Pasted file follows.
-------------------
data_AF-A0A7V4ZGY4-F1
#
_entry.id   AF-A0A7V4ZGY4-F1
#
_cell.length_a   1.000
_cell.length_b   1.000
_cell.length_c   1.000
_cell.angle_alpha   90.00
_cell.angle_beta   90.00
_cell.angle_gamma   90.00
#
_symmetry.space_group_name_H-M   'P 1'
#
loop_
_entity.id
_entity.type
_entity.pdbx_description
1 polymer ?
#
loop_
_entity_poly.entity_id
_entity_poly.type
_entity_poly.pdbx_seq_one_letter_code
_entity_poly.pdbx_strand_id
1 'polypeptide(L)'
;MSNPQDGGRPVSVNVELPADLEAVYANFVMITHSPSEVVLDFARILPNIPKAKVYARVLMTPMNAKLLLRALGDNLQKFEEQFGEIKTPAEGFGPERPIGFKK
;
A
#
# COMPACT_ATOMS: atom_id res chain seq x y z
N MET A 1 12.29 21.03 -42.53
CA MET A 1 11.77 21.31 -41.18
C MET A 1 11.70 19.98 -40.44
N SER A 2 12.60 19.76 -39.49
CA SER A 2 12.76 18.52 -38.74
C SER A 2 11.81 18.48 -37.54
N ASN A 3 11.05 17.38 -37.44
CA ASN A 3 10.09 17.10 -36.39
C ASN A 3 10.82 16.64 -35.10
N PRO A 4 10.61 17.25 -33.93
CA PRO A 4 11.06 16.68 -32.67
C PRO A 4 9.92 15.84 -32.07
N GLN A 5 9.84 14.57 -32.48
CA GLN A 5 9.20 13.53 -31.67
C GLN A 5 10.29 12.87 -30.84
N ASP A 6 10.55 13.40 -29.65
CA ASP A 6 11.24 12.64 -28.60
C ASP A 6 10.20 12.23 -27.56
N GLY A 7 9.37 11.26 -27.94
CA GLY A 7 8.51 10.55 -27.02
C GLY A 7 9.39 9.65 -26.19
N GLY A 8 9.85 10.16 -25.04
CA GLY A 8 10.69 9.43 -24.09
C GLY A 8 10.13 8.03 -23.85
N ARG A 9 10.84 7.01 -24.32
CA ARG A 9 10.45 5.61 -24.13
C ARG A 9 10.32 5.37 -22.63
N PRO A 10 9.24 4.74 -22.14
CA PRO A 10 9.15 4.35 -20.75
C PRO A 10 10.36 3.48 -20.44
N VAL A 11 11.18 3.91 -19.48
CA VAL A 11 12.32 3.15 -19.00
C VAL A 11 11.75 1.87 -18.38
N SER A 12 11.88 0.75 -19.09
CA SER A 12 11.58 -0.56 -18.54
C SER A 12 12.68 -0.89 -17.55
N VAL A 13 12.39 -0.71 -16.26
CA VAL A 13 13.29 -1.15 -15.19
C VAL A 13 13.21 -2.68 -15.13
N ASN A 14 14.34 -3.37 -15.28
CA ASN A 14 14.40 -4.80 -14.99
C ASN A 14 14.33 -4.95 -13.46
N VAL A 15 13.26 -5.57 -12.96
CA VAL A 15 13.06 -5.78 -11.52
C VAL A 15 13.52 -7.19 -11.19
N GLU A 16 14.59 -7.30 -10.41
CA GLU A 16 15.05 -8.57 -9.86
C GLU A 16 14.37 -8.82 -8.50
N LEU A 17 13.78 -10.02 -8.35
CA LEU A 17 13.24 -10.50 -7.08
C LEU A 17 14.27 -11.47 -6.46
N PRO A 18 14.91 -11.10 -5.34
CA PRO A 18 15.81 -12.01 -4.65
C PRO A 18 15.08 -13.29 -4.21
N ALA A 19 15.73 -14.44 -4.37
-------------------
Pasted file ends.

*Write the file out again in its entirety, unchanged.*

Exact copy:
data_AF-A0A7V4ZGY4-F1
#
_entry.id   AF-A0A7V4ZGY4-F1
#
_cell.length_a   1.000
_cell.length_b   1.000
_cell.length_c   1.000
_cell.angle_alpha   90.00
_cell.angle_beta   90.00
_cell.angle_gamma   90.00
#
_symmetry.space_group_name_H-M   'P 1'
#
loop_
_entity.id
_entity.type
_entity.pdbx_description
1 polymer ?
#
loop_
_entity_poly.entity_id
_entity_poly.type
_entity_poly.pdbx_seq_one_letter_code
_entity_poly.pdbx_strand_id
1 'polypeptide(L)'
;MSNPQDGGRPVSVNVELPADLEAVYANFVMITHSPSEVVLDFARILPNIPKAKVYARVLMTPMNAKLLLRALGDNLQKFEEQFGEIKTPAEGFGPERPIGFKK
;
A
#
# COMPACT_ATOMS: atom_id res chain seq x y z
N MET A 1 12.29 21.03 -42.53
CA MET A 1 11.77 21.31 -41.18
C MET A 1 11.70 19.98 -40.44
N SER A 2 12.60 19.76 -39.49
CA SER A 2 12.76 18.52 -38.74
C SER A 2 11.81 18.48 -37.54
N ASN A 3 11.05 17.38 -37.44
CA ASN A 3 10.09 17.10 -36.39
C ASN A 3 10.82 16.64 -35.10
N PRO A 4 10.61 17.25 -33.93
CA PRO A 4 11.06 16.68 -32.67
C PRO A 4 9.92 15.84 -32.07
N GLN A 5 9.84 14.57 -32.48
CA GLN A 5 9.20 13.53 -31.67
C GLN A 5 10.29 12.87 -30.84
N ASP A 6 10.55 13.40 -29.65
CA ASP A 6 11.24 12.64 -28.60
C ASP A 6 10.20 12.23 -27.56
N GLY A 7 9.37 11.26 -27.94
CA GLY A 7 8.51 10.55 -27.02
C GLY A 7 9.39 9.65 -26.19
N GLY A 8 9.85 10.16 -25.04
CA GLY A 8 10.69 9.43 -24.09
C GLY A 8 10.13 8.03 -23.85
N ARG A 9 10.84 7.01 -24.32
CA ARG A 9 10.45 5.61 -24.13
C ARG A 9 10.32 5.37 -22.63
N PRO A 10 9.24 4.74 -22.14
CA PRO A 10 9.15 4.35 -20.75
C PRO A 10 10.36 3.48 -20.44
N VAL A 11 11.18 3.91 -19.48
CA VAL A 11 12.32 3.15 -19.00
C VAL A 11 11.75 1.87 -18.38
N SER A 12 11.88 0.75 -19.09
CA SER A 12 11.58 -0.56 -18.54
C SER A 12 12.68 -0.89 -17.55
N VAL A 13 12.39 -0.71 -16.26
CA VAL A 13 13.29 -1.15 -15.19
C VAL A 13 13.21 -2.68 -15.13
N ASN A 14 14.34 -3.37 -15.28
CA ASN A 14 14.40 -4.80 -14.99
C ASN A 14 14.33 -4.95 -13.46
N VAL A 15 13.26 -5.57 -12.96
CA VAL A 15 13.06 -5.78 -11.52
C VAL A 15 13.52 -7.19 -11.19
N GLU A 16 14.59 -7.30 -10.41
CA GLU A 16 15.05 -8.57 -9.86
C GLU A 16 14.37 -8.82 -8.50
N LEU A 17 13.78 -10.02 -8.35
CA LEU A 17 13.24 -10.50 -7.08
C LEU A 17 14.27 -11.47 -6.46
N PRO A 18 14.91 -11.10 -5.34
CA PRO A 18 15.81 -12.01 -4.65
C PRO A 18 15.08 -13.29 -4.21
N ALA A 19 15.73 -14.44 -4.37